40 hours later, tie basketball game finally ends
CHARLOTTE, N.C. (AP) — First Joshua Linson knocked out the lights. Then he knocked out Winston-Salem State, ending a basketball game that took three days to complete.
The sophomore guard broke a 40-hour tie by hitting a go-ahead 3-pointer with 24 seconds left Friday to lead Johnson C. Smith to an 89-86 overtime win against the Rams in a bizarre game.
The Central Intercollegiate Athletic Association game was suspended Wednesday night when Linson’s full-court heave with 0.3 seconds remaining shattered two lights suspended from the ceiling about 20 feet above the court, leaving one dangling perilously from a wire.
The game, tied at 76, was suspended until Friday because of safety concerns.
“I caused all of this,” Linson said jokingly after Friday’s game.
Winston-Salem State had the option to decide the outcome by a coin flip, but instead elected to travel the 90 minutes back to Charlotte to play a five-minute overtime period, which lasted 14 minutes in real time.
Rams coach Bobby Collins said the game seemed to go by in an instant.
“We actually needed some fouls to slow the game down a little,” Collins said. “It was the strangest game ever. But it wouldn’t have been so strange if we had won.”
Johnson C. Smith did not charge admission for the rescheduled game and about 1,000 fans showed up Friday afternoon.
They were loud right from the pregame warm-ups, setting up an intense five minutes of play.
“It was really a great atmosphere for a five-minute ball game,” Johnson C. Smith coach Stephen Joyner said.
The Rams began preparing for the overtime about four hours before the game, when players gathered for breakfast in Winston-Salem, N.C. They traveled on small buses about 70 miles, hitting a rainstorm and traffic along the way.
They arrived in plenty of time and players spent more than an hour on the court stretching and warming up for the game.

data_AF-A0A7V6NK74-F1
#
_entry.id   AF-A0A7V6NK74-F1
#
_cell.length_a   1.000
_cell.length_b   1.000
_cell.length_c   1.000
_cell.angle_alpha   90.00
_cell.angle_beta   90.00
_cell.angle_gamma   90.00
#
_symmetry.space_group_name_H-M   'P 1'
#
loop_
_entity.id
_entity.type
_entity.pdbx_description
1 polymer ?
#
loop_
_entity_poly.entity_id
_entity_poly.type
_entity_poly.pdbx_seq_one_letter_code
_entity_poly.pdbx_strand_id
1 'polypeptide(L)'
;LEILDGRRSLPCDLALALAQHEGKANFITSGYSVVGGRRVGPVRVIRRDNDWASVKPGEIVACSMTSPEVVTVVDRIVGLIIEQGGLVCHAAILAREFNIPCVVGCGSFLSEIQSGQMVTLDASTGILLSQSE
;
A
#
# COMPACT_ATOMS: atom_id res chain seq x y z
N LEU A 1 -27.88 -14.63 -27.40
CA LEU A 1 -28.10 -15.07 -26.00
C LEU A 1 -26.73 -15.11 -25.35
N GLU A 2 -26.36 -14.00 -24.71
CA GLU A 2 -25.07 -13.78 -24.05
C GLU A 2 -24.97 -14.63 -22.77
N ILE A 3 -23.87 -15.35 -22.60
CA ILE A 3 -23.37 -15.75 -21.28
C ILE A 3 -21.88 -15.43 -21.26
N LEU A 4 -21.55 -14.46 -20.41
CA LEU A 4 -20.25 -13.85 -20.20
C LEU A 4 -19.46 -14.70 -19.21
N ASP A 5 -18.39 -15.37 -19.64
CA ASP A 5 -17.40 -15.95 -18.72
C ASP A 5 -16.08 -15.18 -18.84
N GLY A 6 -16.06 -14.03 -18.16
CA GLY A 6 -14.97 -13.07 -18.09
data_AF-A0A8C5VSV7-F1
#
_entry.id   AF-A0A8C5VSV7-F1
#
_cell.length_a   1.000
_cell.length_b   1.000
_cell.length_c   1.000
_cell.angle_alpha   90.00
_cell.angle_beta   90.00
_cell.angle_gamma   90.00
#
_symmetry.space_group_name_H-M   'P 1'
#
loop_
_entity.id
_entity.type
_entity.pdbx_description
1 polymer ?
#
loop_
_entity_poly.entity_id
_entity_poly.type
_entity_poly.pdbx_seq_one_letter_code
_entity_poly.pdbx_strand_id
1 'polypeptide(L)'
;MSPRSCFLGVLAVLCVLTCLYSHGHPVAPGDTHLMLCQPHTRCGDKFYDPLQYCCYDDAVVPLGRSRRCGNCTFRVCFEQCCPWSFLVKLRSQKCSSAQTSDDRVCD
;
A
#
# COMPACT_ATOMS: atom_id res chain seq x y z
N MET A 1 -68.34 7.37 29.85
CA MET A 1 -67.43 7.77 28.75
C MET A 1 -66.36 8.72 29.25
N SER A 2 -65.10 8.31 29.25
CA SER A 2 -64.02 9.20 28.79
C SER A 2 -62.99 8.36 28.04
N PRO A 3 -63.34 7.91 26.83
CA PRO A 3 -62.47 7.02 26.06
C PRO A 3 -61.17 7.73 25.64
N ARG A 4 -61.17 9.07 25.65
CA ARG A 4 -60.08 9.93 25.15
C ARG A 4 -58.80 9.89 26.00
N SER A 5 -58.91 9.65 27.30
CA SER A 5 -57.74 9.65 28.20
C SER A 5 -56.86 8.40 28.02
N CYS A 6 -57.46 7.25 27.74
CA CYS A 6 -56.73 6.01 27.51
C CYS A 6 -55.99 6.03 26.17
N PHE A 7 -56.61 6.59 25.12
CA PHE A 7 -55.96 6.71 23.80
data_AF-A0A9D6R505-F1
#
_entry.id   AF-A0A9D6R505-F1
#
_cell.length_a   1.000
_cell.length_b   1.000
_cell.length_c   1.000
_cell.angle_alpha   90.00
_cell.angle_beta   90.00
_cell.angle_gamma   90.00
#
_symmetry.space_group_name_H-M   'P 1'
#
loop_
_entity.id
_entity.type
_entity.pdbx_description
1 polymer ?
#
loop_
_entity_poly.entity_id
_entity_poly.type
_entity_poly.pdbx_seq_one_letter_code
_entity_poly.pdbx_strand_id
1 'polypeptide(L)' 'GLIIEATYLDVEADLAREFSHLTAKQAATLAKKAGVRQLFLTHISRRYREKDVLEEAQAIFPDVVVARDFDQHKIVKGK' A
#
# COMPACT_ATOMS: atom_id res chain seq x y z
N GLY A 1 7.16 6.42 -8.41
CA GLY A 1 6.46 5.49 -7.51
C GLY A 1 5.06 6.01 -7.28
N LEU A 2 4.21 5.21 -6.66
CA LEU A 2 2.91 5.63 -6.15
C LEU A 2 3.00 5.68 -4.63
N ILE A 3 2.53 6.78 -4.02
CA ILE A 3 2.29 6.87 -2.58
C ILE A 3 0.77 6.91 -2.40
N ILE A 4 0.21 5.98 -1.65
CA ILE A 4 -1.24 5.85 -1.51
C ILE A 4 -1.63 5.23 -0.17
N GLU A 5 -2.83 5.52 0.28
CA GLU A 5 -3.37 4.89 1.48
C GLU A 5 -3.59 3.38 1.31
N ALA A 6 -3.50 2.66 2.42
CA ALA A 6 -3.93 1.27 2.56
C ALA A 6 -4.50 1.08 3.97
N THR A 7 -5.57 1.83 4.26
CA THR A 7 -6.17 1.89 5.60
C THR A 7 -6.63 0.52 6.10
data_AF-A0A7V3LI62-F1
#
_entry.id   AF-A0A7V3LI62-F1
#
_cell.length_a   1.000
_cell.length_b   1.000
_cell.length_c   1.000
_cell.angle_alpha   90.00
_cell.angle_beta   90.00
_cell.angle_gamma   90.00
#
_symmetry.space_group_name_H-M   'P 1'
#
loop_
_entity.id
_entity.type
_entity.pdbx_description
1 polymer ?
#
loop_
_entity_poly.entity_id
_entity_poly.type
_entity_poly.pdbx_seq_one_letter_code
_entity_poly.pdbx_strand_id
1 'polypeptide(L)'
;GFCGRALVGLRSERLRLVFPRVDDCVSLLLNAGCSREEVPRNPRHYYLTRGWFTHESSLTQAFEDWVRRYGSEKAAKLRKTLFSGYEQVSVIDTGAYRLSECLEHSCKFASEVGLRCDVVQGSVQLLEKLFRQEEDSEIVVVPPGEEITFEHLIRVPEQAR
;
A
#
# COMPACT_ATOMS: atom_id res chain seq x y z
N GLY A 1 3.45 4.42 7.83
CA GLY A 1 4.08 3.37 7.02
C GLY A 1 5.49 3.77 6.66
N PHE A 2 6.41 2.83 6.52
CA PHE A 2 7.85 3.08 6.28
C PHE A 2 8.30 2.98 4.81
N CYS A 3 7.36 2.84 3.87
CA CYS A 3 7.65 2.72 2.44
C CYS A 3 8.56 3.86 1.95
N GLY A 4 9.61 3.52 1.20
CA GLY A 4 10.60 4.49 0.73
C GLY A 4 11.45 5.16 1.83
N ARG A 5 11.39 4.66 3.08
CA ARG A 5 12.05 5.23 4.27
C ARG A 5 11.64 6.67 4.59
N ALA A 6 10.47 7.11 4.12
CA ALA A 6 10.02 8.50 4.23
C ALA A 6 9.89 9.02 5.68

Well, most of them.
Some, like Johnson C. Smith’s star player Emilio Parks, didn’t bother dressing for the game. He fouled on Wednesday night.
Both coaches said they prepared as if it were a full-length, 40-minute game.
Linson sure did.
With the game tied at 84, he got free on the left wing and launched a 26-footer from beyond the arc. It didn’t come close to hitting any of the low-lying ceiling lights.
But he said he wasn’t thinking about the broken light when he released the go-ahead shot. It was his only basket, adding to his 25 points on Wednesday night to finish with a career-high 28.
He said waiting to finish the game was the hardest part.
“It was tough,” Linson said. “We were all very antsy for the last two days.”
Joyner said it was fitting that Linson, who has struggled with his shot this season, hit the one that mattered.
Joyner, also the athletic director at Johnson C. Smith, said before the game it was the right call to reschedule the game to Friday. There are 32 lights — each weighing about 70 pounds — in Brayboy Gymnasium, which was built in 1961.
“They’re heavy,” Joyner said. “Had we played and that had fallen, it would have knocked somebody out, no doubt. But the safety feature installed in the light fixture worked, so it didn’t drop.”
The two broken lights were fixed on Thursday.